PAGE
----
All else equal, margin is good. Actual data to which the fitted classifier may be applied might have points which are more extreme, toward the other side of the classification, than anything in the training sample, so maximizing margin can improve the robustness. So if the training data can be perfectly separated, you might as well separate by as much as possible.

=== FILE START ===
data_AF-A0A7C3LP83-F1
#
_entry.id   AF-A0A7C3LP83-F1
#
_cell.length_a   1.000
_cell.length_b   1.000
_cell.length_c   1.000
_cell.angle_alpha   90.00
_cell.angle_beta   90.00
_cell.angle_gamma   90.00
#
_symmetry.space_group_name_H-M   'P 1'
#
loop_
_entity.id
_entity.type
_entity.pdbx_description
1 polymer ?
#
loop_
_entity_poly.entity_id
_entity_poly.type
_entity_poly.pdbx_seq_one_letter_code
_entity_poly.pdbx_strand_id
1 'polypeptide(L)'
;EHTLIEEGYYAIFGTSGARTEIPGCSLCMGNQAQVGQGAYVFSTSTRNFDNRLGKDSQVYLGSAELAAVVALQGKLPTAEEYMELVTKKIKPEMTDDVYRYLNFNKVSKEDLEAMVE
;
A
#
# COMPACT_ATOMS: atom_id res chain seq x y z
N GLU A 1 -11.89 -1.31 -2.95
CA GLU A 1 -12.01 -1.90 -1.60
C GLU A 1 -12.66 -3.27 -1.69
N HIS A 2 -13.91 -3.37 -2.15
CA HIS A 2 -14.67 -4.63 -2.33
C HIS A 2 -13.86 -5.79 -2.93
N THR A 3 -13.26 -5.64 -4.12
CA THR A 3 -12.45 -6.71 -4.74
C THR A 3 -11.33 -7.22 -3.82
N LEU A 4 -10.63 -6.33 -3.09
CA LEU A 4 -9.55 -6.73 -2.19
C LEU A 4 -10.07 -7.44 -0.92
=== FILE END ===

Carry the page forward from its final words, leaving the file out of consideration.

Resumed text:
On the other hand, the idea of having a rigid boundary which perfectly separates the training data might result in an overfitting. Hence, soft margins.This is a whole different ballgame in which "negative" margins are allowed, explicitly recognizing the possibility of and allowing imperfect classifications on training data.This is an alternative to going into a high-enough dimensions space to perfectly separate the data. It might result in better generalization.